Christie’s recently announced that they will present Stewards of the West: The Knobloch Collection, a dedicated live auction of Western American Art on May 18th at the galleries at Rockefeller Center in New York City. The late entrepreneur and conservationist Carl W. Knobloch, Jr. built a striking private assemblage of Western American painting and sculpture that reflects his deep commitment to the region while developing a reputation as a leading connoisseur and collector in the field.
Off the walls of the family’s Wyoming residence, the collection is notable for its exceptional quality and features the leading artists of the genre such as Thomas Moran, Albert Bierstadt, Frederic Remington, and Henry F. Farny, among others.
Proceeds of the auction will benefit The Knobloch Family Foundation which is committed to grantmaking that ensures the conservation of natural ecosystems. With approximately 75 lots, the collection is expected to realize in the region of $15 to 23 million.
Tylee Abbott, VP, Head of American Art, Christie’s comments: “Carl Knobloch’s collection embodies his profound connection to the natural world—a legacy in beauty and stewardship that continues to inspire. It is fitting that such works, which were executed by the artists that first inspired leaders of generations past to preserve our country’s natural wonders, now be distributed for the express purpose of supporting organizations that contribute to the ongoing conservation and broader appreciation of these landscapes.”
Carl W. Knobloch, Jr. (1930-2016) had a long, successful career in business across finance, real estate, and oilfield services and production. He was also devoted to protecting the environment. In 1997, the Knoblochs established the Knobloch Family Foundation, an organization dedicated to science-based conservation and economics.
The beneficiary of this sale, the Foundation has supported initiatives ranging from the acquisition of acreage for Grand Teton National Park to the conservation of Texas and Georgia land for wildlife species and habitat restoration.
Among Knobloch’s most personal causes was his alma mater Yale University, where he contributed significantly towards the construction of Kroon Hall at the Yale School of the Environment. “The preservation of our natural ecosystems is critical to the continued economic strength of our country, as well as the health of all Americans,” Knobloch noted at the time.
In his private collection of American art, Knobloch found a source of continual inspiration and insight. When created, these sublime historic depictions of the American West inspired great interest in the West and a sense of reverence for its unspoiled land, importantly shaping ideas of conservation then as they continue to do to this day.
At their residence in Wyoming, the Knoblochs could live surrounded by the beauty of the natural world, whether indoors or out, their exceptional collection encompassing great diversity, from majestic landscapes of the frontier by revered figures such as Albert Bierstadt and Thomas Moran; to depictions of Native American life by George Catlin and Henry F. Farny; to masterfully rendered bronzes by Frederic Remington that capture the spirit of the American cowboy.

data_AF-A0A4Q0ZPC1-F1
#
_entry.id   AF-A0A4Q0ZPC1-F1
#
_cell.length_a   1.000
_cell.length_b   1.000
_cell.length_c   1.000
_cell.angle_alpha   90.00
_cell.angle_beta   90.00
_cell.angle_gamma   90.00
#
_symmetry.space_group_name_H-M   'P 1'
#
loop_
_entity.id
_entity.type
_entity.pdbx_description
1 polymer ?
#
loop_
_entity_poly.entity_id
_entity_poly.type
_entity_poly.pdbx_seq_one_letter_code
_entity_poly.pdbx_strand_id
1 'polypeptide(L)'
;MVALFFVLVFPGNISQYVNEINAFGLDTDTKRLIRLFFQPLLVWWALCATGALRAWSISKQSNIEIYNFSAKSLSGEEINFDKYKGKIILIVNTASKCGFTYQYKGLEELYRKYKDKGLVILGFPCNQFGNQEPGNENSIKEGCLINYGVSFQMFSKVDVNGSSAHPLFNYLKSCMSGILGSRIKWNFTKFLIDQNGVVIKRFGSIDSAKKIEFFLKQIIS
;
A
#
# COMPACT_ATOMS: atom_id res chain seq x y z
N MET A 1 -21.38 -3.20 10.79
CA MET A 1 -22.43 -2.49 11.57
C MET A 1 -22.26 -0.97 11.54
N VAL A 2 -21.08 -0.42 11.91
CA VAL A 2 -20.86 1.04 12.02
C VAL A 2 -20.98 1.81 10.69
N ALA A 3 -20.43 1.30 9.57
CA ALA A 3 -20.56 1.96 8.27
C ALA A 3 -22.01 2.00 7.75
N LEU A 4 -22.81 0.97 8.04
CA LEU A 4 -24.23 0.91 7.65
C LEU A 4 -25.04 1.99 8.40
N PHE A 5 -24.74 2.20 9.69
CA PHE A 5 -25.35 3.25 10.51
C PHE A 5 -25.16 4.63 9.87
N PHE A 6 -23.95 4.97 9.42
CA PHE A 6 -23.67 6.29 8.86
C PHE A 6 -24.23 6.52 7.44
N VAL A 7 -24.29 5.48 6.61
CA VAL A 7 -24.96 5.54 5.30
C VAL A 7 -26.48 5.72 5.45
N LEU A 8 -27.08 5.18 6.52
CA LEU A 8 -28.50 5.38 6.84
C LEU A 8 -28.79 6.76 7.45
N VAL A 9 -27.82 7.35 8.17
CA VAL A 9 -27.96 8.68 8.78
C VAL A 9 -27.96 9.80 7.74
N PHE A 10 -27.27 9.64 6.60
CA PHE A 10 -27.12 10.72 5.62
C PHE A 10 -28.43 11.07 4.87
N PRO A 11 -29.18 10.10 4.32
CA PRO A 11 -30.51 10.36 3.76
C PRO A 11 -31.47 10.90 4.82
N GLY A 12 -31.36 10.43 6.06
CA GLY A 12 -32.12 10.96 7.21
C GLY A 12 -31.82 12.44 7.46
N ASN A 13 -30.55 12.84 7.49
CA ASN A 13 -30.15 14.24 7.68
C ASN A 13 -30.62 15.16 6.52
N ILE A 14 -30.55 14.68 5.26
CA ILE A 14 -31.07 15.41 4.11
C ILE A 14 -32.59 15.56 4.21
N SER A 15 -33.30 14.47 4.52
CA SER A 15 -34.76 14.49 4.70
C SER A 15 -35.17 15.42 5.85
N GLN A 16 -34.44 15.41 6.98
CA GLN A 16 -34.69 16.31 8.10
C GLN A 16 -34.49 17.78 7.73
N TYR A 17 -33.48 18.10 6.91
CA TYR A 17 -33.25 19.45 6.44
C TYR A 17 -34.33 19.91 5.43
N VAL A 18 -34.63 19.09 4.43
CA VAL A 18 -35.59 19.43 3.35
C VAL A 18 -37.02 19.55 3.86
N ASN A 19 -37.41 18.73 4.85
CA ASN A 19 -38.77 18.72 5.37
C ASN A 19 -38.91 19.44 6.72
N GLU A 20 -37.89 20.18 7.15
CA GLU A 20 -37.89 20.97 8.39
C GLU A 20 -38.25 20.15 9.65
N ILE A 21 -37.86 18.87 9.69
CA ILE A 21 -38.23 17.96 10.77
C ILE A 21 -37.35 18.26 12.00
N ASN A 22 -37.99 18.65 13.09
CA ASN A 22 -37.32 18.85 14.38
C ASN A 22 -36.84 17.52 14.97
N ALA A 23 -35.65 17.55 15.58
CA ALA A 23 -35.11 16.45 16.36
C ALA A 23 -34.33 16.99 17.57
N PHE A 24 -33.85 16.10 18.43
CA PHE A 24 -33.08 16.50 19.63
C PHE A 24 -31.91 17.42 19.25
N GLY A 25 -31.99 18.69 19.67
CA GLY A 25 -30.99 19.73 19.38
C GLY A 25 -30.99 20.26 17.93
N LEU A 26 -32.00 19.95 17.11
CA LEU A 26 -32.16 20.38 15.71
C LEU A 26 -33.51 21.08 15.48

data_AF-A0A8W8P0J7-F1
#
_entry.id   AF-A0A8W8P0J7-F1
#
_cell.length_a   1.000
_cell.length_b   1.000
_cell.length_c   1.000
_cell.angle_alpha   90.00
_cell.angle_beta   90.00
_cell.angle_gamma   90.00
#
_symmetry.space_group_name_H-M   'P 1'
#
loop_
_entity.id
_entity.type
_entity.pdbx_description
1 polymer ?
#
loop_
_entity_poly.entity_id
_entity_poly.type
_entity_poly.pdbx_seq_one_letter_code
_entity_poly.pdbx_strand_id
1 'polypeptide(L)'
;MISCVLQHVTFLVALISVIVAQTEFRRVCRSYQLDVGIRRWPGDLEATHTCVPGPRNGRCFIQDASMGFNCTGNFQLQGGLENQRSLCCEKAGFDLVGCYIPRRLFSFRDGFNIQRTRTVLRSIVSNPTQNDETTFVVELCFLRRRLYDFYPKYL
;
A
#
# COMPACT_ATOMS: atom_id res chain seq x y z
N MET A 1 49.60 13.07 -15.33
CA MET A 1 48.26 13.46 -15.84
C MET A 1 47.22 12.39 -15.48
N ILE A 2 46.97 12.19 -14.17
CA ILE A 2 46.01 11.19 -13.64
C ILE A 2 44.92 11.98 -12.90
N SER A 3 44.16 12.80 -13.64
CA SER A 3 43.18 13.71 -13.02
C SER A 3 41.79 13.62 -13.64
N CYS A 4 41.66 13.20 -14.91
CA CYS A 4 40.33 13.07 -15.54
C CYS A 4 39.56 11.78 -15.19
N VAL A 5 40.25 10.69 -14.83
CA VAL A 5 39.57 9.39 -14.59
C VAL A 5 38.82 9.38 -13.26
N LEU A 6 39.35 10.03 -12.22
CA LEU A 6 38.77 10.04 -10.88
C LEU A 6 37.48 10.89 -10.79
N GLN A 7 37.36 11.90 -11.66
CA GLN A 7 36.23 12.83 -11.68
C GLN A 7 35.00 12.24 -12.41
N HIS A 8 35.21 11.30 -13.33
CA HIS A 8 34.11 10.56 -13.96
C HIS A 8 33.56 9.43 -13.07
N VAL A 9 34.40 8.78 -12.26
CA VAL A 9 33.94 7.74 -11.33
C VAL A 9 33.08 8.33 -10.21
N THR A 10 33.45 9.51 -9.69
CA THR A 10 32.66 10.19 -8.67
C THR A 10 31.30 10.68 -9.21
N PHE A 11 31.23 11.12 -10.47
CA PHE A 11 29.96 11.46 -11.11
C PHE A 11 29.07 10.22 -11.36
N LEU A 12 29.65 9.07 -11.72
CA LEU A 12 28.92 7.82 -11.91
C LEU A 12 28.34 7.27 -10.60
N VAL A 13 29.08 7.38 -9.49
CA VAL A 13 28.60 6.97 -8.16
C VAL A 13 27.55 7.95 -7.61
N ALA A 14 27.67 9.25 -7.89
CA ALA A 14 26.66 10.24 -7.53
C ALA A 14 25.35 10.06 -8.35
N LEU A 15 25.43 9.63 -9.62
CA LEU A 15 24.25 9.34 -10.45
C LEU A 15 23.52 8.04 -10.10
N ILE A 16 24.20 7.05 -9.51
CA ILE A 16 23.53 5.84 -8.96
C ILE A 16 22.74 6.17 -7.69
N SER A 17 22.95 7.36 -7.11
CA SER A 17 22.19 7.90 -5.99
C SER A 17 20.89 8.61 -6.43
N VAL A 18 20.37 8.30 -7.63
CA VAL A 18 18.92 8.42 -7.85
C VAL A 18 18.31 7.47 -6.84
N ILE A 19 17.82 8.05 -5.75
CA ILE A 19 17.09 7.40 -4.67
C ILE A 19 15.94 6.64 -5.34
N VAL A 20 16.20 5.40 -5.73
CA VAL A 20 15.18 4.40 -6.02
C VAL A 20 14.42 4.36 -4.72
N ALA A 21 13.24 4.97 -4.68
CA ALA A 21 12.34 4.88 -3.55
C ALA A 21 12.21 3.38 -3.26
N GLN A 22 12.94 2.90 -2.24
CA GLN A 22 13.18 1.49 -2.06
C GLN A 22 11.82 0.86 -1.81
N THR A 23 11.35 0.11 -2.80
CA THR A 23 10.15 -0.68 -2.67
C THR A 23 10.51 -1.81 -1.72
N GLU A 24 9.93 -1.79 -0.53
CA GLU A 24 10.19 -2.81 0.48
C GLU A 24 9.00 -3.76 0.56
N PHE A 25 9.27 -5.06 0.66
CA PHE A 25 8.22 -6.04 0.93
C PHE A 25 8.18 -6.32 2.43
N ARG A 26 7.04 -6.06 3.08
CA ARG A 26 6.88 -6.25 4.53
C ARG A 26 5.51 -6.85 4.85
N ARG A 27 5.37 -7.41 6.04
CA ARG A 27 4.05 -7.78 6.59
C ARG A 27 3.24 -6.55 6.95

The collection features several highlights by Thomas Moran, who first traveled West in 1871, to Yellowstone, and was awestruck by the magnificent and rugged topography. It was Moran’s watercolors from this trip that aided in the government’s decision to set aside the area as the United States’ first National Park, which celebrates its 150th Anniversary in 2022.
Executed during this important moment, The Southern Arm of the Yellowstone Lake, Yellowstone National Park, Wyoming Territory of 1874 exemplifies Moran’s mastery of the watercolor medium (estimate: $400,000-600,000).
Moran is also represented by the masterwork A Passing Shower in the Yellowstone Cañon (estimate: $1,500,000-2,500,000), a composition for which the artist has become best known and a testament to his enduring love for this unique landscape. This work was created during a seminal moment for American conservation when President Theodore Roosevelt visited Yellowstone for a second time.
Perhaps the nation’s greatest conservationist, in the decade following this inspirational trip Roosevelt would establish the United States Forest Service, create several more National Parks and numerous National Monuments.
Roosevelt’s deep connection to the American West is more specifically seen in Henry F. Farny’s Theodore Roosevelt ‘Sage Grouse Shooting’, a rare example of the artist depicting a specific individual (estimate: $300,000-500,000). President Roosevelt was an acquaintance and admirer of Farny’s work and they had once hunted together.
Albert Bierstadt’s Grazing Antelope (estimate: $100,000-150,000) and William Robinson Leigh’s View of the Grand Canyon of the Yellowstone ($250,000-350,000) also celebrate the region immediately surrounding the Knobloch home, while numerous other examples by the leading artists of the era represent other significant natural monuments of the West, such as Moran’s Grand Canyon, Colorado River (estimate: $700,000-1,000,000).
Embracing both the land and its inhabitants, other strong points in the collection include striking renditions of Native American life ranging from works by Alfred Jacob Miller to Joseph Henry Sharp, whose Blackfeet Teepees, Glacier Park (estimate: $40,000-60,000) fittingly captures life on the edge of Montana’s most well-known park.
The Collection also captures the cultural riches of the region with iconic depictions of the American Cowboy, with strong examples by Frederic Remington, his greatest champion, including casts of the celebrated Broncho Buster (estimate: $300,000-500,000) and Rattlesnake (estimate: $200,000-300,000).